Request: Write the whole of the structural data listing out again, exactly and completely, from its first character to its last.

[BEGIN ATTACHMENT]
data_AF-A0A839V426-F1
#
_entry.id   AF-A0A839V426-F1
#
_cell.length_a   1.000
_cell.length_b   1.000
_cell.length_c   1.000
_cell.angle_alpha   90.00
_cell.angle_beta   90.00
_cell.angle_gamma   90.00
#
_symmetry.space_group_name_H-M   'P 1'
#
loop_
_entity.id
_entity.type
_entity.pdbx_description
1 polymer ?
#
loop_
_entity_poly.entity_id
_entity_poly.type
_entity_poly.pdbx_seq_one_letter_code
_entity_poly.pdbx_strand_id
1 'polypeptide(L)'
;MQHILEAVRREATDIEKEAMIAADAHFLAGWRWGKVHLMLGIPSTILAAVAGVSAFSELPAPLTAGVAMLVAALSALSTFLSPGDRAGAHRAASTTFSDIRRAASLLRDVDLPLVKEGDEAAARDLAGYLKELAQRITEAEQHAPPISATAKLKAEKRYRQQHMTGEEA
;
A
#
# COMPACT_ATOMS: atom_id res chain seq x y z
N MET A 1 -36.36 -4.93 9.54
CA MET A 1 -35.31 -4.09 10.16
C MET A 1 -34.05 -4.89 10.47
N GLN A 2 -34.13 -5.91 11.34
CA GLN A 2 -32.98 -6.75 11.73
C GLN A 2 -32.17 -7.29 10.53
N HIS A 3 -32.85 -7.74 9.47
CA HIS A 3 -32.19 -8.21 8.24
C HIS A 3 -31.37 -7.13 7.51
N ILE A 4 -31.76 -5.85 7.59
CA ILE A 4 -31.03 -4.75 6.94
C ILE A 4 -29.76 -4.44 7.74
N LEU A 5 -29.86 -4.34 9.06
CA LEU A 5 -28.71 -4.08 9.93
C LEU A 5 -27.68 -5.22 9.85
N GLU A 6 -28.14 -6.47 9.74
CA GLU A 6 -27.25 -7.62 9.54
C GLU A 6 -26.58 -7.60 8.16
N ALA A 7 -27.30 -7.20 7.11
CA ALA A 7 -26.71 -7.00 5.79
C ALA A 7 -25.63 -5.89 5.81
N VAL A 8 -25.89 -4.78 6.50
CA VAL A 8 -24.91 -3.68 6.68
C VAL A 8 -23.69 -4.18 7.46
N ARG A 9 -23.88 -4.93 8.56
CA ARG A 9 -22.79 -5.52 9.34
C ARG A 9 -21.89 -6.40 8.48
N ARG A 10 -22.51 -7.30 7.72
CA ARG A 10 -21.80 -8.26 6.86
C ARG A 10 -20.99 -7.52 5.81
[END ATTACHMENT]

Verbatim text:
data_AF-A0A839V426-F1
#
_entry.id   AF-A0A839V426-F1
#
_cell.length_a   1.000
_cell.length_b   1.000
_cell.length_c   1.000
_cell.angle_alpha   90.00
_cell.angle_beta   90.00
_cell.angle_gamma   90.00
#
_symmetry.space_group_name_H-M   'P 1'
#
loop_
_entity.id
_entity.type
_entity.pdbx_description
1 polymer ?
#
loop_
_entity_poly.entity_id
_entity_poly.type
_entity_poly.pdbx_seq_one_letter_code
_entity_poly.pdbx_strand_id
1 'polypeptide(L)'
;MQHILEAVRREATDIEKEAMIAADAHFLAGWRWGKVHLMLGIPSTILAAVAGVSAFSELPAPLTAGVAMLVAALSALSTFLSPGDRAGAHRAASTTFSDIRRAASLLRDVDLPLVKEGDEAAARDLAGYLKELAQRITEAEQHAPPISATAKLKAEKRYRQQHMTGEEA
;
A
#
# COMPACT_ATOMS: atom_id res chain seq x y z
N MET A 1 -36.36 -4.93 9.54
CA MET A 1 -35.31 -4.09 10.16
C MET A 1 -34.05 -4.89 10.47
N GLN A 2 -34.13 -5.91 11.34
CA GLN A 2 -32.98 -6.75 11.73
C GLN A 2 -32.17 -7.29 10.53
N HIS A 3 -32.85 -7.74 9.47
CA HIS A 3 -32.19 -8.21 8.24
C HIS A 3 -31.37 -7.13 7.51
N ILE A 4 -31.76 -5.85 7.59
CA ILE A 4 -31.03 -4.75 6.94
C ILE A 4 -29.76 -4.44 7.74
N LEU A 5 -29.86 -4.34 9.06
CA LEU A 5 -28.71 -4.08 9.93
C LEU A 5 -27.68 -5.22 9.85
N GLU A 6 -28.14 -6.47 9.74
CA GLU A 6 -27.25 -7.62 9.54
C GLU A 6 -26.58 -7.60 8.16
N ALA A 7 -27.30 -7.20 7.11
CA ALA A 7 -26.71 -7.00 5.79
C ALA A 7 -25.63 -5.89 5.81
N VAL A 8 -25.89 -4.78 6.50
CA VAL A 8 -24.91 -3.68 6.68
C VAL A 8 -23.69 -4.18 7.46
N ARG A 9 -23.88 -4.93 8.56
CA ARG A 9 -22.79 -5.52 9.34
C ARG A 9 -21.89 -6.40 8.48
N ARG A 10 -22.51 -7.30 7.72
CA ARG A 10 -21.80 -8.26 6.86
C ARG A 10 -20.99 -7.52 5.81